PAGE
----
The imperative for government today:

  • Deliver value
  • Exploit opportunities
  • Act with speed

The road to outsourcing:

  • Staff augmentation
  • Out-tasking
  • Co-sourcing
  • Portfolio outsourcing
  • Outsourcing

Q&A

Comment by attendant: India is increasing the number of mobile phones by 18,000,000 monthly, thrice the population of Finland.

Telecentre Forum 2009 - eAsia 2009 (2009)

Centres for Research and Innovation Development and for ICT

Notes from the II Encuentro Internacional TIC para la Cooperación al Desarrollo (Development Cooperation 2.0: II International Meeting on ICT for Development Cooperation) held in Gijón, Spain, on February 10-12th, 2009. More notes on this event: cooperacion2.0_2009. More notes on this series of events: cooperacion2.0.

How do we go forward in the field of ICT4D R+D+i?

Florencio Ceballos, telecentre.org

  • ICT4D are a clear niche that can grow outside the circuit of development issues
  • Capacity building happens locally, and this means building confidence, trust.
  • Institutional independence has to be promoted to enable real capacity building.
  • Focus on networking: promoting open networks for capacity exchange

It’s not as much as how you design agendas, but how you make them evolve, how to shift the paradigm. And this shift of paradigm is towards openness.

Caroline Figueres, International Institute for Communication and Development

There is a need for a research to ground some “evidences”, and showcase successes in the field of ICT4D under the rigour of scientific analysis.

People in the South should be put in the agenda of ICT4D research, as most of the output is targetted to developing countries.

Co-creation (e.g. in the sense of Don Tapscott’s Wikinomics) is a very powerful concept. Capacity building can be enabled this way by means of knowledge workers co-creating together.

Kentaro Toyama, Microsoft Research India (MSR India)

How to do formal research in ICT4D? Several steps:

  1. Immersion. Ethnography
  2. Design, involving people, where technology is just one component and a cost-effective one
  3. Evaluation, including finding statistical significance on the impact of a specific project or action

It’s a good idea to break the link between funding and the research agenda. The researcher should be able to pursue their own interests and not be tied (or upset) to the need for funding.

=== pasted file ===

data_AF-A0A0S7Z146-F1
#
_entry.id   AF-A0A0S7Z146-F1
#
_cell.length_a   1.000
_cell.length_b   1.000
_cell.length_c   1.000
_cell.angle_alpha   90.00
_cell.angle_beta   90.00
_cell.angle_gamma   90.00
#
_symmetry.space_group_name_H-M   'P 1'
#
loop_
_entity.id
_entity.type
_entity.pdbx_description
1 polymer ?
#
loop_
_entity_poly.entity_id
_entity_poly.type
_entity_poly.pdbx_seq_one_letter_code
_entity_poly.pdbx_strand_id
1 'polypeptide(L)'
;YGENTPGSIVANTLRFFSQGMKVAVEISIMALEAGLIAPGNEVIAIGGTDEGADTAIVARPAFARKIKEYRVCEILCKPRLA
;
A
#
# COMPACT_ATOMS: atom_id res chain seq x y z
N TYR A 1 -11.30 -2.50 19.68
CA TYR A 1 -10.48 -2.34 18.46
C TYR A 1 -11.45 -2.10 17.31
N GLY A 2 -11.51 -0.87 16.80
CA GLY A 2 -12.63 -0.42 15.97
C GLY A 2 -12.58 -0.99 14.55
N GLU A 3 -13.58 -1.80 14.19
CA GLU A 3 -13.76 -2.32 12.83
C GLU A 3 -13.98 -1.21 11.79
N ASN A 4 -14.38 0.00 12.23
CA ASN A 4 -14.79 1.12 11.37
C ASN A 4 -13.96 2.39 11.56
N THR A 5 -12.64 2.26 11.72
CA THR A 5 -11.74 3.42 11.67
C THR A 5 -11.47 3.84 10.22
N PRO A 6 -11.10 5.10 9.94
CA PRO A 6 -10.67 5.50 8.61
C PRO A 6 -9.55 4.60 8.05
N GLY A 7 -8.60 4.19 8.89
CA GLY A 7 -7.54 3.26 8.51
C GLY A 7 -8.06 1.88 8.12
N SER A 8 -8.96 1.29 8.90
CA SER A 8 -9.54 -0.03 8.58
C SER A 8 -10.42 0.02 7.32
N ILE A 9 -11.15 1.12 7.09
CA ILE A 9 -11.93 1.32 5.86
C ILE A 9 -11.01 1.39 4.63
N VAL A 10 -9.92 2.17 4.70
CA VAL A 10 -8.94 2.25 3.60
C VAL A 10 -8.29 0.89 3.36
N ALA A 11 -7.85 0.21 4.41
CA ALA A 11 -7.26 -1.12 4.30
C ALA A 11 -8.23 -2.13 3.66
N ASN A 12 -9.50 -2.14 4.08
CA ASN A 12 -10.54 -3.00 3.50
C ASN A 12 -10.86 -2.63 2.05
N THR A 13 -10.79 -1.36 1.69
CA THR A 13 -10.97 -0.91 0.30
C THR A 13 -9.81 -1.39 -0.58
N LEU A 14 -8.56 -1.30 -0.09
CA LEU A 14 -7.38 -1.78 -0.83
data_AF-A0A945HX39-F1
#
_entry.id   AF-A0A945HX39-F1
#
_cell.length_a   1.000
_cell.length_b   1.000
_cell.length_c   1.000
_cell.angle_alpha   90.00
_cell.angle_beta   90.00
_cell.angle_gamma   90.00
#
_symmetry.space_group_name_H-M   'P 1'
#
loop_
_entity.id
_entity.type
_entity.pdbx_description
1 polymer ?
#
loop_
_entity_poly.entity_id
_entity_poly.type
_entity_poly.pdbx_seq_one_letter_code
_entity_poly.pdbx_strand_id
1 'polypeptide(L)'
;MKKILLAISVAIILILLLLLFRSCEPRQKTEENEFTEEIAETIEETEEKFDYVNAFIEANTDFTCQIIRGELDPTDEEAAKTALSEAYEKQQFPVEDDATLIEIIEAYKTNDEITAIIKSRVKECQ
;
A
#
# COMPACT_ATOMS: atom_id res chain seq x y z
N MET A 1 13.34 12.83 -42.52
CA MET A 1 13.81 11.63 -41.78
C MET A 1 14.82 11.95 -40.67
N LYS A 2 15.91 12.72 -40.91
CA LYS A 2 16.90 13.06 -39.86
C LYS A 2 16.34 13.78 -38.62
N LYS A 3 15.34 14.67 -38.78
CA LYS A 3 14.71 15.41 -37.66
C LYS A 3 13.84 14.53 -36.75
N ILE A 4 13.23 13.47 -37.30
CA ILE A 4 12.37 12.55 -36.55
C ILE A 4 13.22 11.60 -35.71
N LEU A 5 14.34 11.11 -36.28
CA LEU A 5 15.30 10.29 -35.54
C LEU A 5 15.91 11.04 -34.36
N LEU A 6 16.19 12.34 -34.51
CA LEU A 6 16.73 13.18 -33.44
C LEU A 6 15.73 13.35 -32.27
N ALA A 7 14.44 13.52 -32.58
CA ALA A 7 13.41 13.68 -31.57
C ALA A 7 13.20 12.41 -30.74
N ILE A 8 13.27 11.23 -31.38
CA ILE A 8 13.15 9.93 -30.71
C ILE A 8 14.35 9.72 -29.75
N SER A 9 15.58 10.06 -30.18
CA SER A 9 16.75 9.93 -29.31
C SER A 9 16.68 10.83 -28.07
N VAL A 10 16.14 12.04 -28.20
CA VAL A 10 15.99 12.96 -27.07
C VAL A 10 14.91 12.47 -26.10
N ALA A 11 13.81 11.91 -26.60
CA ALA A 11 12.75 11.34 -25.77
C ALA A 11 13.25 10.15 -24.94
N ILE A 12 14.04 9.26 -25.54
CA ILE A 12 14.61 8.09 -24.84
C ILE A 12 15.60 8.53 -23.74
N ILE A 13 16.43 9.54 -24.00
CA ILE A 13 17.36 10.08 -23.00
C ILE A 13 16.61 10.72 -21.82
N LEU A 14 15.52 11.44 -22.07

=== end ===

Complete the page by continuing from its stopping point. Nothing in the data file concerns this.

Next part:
Experience in research might be as important as (or even more) than experience in development. Accuracy of the scientific process is crucial.

Andrés Martínez, EHAS Foundation.

Evidence has to be demonstrated to convince policy-makers and funding institutions that some actions are to be taken and deserve being supported (politically or economically).

  • Research is needed in the impact of ICTs in welfare, health, education
  • But also, research is needed on how to provide appropriate and cost-effective infrastructures, as most communities just do not have access to either hardware or connectivity
  • Sometimes the context is unknown. Thus, research should focus not only on the impact of a specific project, but on what the context (sociocultural, health, education, economic) is.
  • Research on services.
  • How to measure empowerment and mainstreaming of technologies in specific communities and sectors (e.g. the Health sector)

The only way to promote research in the field of Development and ICT4D is to foster publication of research results in indexed publications. Despite the interest of the topic, if the work is “well done”, then it can be published. It is highly relevant to find the problem you want to deal with your research, more important than finding “the” solution.

And diffussion is absolutely worth doing it. On the one hand, results of the projects and the research undertaken. On the other hand, not only information about the results, but knowledge transfer through assistance, direct training, formal education, especially to achieve multiplier effects.

Merryl Ford, Emerging Innovations Group of the Meraka Institute of the Council for Scientific and Industrial Research (CSIR).

There’s sometimes resilience to empowerment. Capacity building is not only about specific (digital) skills, but also about changing mindsets.

  • Slogan on disabilities in SouthAfrica: Nothing about us, without us. We need to make sure that we don’t do things “for” people but “with” people. Africa should take ownership of its development agenda.
  • Interventions should be simple
  • The cellphone is the PC of Africa
  • Sustainability, replication, massification. A pilot needs to be scaled at any stage.

Q & A

Q: research on impact… is a real need or an imposed “need” of the inner structure of development cooperation, projects, agencies and so? Ceballos: The need to measure impact is real. Many policies are put into practice based on intuition, on vision. So we do need to evaluate these policies to support or reject such intuitions. Martínez: short-run projects are difficult to analyze accurately, as there’s no time to do it properly. A solution would be that everyone involved in the projects collected data and helped to analyze it.

Q: How do we cope about the cost of maintenance of cellphones in rural areas? A: There are alternatives (e.g. via radio) that do not charge per call… but the maintenance of the whole network does have a cost. Certainly, it’s not a matter of absolute costs, but a matter of cost-benefit analysis, seeing whether the project is worth running it and find out how to support the overall costs.

Q: How do we put social research together with tecnology research in development related research? A: The problems that research has to face have to be far ahead enough. And they require plenty of time. In this sense, everyone involved in ICT4D should be in a same conversation, to gather all sensibilities and be able to look far in the horizon.

Development Cooperation 2.0 (2009)